There are few experiences that repulse me in my life more than the day I had three fielding errors in one
inning as the starting shortstop on my high school baseball team. Mercifully, my coach pulled me out of the game after the third error.
Words cannot describe the embarrassment, shame and utter helplessness I felt that day. To this day, I still feel some shame and inadequacy even in sharing with all of you; and I'm still sad that the 15 year old Rodney didn't feel like he had anyone to lean on after that game.
However, I want to share it because I believe it is fundamental to learning about how we sabotage our potential and our power.
As a kid, I became so obsessed with my performance, especially in baseball (because I didn't want to disappoint the coach or other dads' watching) that I was no longer playing baseball. I was constantly performing baseball and using it as a way to prove I was worthy and lovable. Perform well meant I'm okay for now, perform poorly meant danger, being shunned, being a disappointment.
Every play and at bat became about not screwing up, for fear of being rejected or realizing that I truly was unlovable and unworthy.
Consequently, with all of the pressure, self judgment and criticism I put on myself, I began to play poorly. After all, how could you play with all that fear. Play is fun and easy.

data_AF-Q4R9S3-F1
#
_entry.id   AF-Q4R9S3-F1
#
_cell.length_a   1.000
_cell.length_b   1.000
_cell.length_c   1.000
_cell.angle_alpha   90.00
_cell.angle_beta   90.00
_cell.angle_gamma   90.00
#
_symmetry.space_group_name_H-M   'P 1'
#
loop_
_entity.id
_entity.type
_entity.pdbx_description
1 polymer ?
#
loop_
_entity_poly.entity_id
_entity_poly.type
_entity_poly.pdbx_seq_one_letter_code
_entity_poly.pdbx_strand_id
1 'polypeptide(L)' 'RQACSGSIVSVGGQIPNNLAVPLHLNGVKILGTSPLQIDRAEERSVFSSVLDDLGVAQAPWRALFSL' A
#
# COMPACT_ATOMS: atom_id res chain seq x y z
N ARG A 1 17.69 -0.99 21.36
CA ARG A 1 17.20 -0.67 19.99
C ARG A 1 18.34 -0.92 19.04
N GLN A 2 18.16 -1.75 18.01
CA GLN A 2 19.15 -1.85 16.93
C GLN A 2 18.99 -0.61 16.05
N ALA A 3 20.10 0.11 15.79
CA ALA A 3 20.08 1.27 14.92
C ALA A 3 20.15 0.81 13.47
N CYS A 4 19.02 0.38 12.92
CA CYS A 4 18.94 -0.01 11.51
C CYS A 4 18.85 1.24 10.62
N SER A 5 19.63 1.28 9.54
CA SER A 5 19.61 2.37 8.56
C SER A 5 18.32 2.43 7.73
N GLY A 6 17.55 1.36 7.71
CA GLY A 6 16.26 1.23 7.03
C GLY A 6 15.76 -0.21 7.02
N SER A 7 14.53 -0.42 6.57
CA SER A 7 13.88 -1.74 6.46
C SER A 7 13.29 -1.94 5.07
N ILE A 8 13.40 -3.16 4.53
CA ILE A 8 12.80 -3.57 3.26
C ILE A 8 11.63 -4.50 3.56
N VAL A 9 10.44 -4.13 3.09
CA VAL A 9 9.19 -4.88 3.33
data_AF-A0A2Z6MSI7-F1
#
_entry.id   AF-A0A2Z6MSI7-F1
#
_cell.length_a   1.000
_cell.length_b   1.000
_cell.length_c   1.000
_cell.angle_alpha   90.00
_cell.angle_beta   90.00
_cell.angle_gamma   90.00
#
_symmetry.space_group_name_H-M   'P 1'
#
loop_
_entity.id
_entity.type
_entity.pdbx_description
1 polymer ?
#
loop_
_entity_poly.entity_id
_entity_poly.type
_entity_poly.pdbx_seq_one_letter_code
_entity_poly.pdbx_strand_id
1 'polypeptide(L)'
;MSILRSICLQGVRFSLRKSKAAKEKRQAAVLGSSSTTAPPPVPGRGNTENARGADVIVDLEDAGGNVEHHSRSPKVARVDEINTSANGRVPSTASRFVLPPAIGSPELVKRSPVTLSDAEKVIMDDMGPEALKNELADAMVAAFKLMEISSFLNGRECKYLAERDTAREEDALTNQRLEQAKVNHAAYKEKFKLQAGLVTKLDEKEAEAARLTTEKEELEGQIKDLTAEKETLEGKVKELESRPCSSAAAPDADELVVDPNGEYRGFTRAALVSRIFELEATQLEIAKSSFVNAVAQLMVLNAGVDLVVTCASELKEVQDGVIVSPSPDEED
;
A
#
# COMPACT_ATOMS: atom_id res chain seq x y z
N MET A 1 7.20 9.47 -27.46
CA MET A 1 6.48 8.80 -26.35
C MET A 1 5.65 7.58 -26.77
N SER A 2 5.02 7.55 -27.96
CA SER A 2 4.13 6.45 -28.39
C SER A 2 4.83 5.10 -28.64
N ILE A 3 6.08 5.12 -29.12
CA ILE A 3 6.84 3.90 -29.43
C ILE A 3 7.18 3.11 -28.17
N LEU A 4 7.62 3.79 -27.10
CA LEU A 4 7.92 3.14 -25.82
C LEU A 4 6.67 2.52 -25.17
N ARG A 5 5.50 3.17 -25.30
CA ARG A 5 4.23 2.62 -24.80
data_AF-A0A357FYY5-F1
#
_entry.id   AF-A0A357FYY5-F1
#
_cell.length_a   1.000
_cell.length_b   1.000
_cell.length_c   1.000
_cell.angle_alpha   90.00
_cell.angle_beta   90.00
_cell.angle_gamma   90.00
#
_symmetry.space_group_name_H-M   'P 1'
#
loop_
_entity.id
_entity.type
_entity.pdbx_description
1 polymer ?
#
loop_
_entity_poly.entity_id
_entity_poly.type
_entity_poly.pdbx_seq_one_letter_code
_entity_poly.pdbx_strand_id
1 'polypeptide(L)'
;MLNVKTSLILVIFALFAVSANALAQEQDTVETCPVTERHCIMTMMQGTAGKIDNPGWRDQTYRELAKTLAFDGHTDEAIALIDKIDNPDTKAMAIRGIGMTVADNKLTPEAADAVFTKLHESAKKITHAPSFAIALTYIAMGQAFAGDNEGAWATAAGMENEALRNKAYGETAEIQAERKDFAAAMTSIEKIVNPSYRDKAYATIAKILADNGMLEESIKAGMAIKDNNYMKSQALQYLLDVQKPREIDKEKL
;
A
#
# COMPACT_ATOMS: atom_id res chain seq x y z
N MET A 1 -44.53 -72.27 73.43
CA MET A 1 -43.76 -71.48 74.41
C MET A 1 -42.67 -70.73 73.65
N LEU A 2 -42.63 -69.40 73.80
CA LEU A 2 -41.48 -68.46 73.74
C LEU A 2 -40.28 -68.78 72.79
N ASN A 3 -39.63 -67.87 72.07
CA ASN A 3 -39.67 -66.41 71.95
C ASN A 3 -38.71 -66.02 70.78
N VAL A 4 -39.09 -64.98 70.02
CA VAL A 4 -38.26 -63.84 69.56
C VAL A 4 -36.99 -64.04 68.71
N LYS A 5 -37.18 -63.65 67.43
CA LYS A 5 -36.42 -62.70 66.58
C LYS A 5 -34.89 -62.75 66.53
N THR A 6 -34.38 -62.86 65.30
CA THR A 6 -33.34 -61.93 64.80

I had all of the skills, fundamentals and work ethic. I could hit, field and hustle, but I couldn't just PLAY any longer. It was like walking through a constant crucible and any man would eventually fold under that level of pressure, much less a 15 year old boy without a dad to tell him it was okay.
It goes the same in our professional lives. You can only perform under intense pressure for so long, before you crumble, stumble or breakdown.
We all know that we perform our best, when we give ourselves permission to play full out, without apprehension or fear that we won't do well. Watch any great athlete, watch how they play the game. They do it with a sense of freedom and recklessness. They aren't worried about the last bad shot, or the last season, or how much they practiced.
They are PLAYING in the moment and that allows their highest and best to emerge, or not, and it doesn't mean anything about their worth, value or lovability, which means they can come back the next day and play at their highest and best.
I recently moved to Mexico and have gotten the opportunity to play on an adult baseball team here. I'm the only "gringo" on an all Mexican team. This has given me the opportunity to learn to PLAY baseball again and to get that in order to perform something well, you have to PLAY.
Consequently, bringing an attitude of playing to the baseball field 16 years later in Mexico, has me enjoying and playing the sport better than ever.
Where has your life become a constant performance, a crucible to determine your worth or value? Take a look at your career, or how you stay "busy," or your romantic relationship, or how you are constantly trying to catch up.
The thing I want to tell you all:
"You are worthy because you breathe!"
Practice playing the game of life. Stop relating to yourself as having to prove your worth or value.
"You are worthy because you breathe!"
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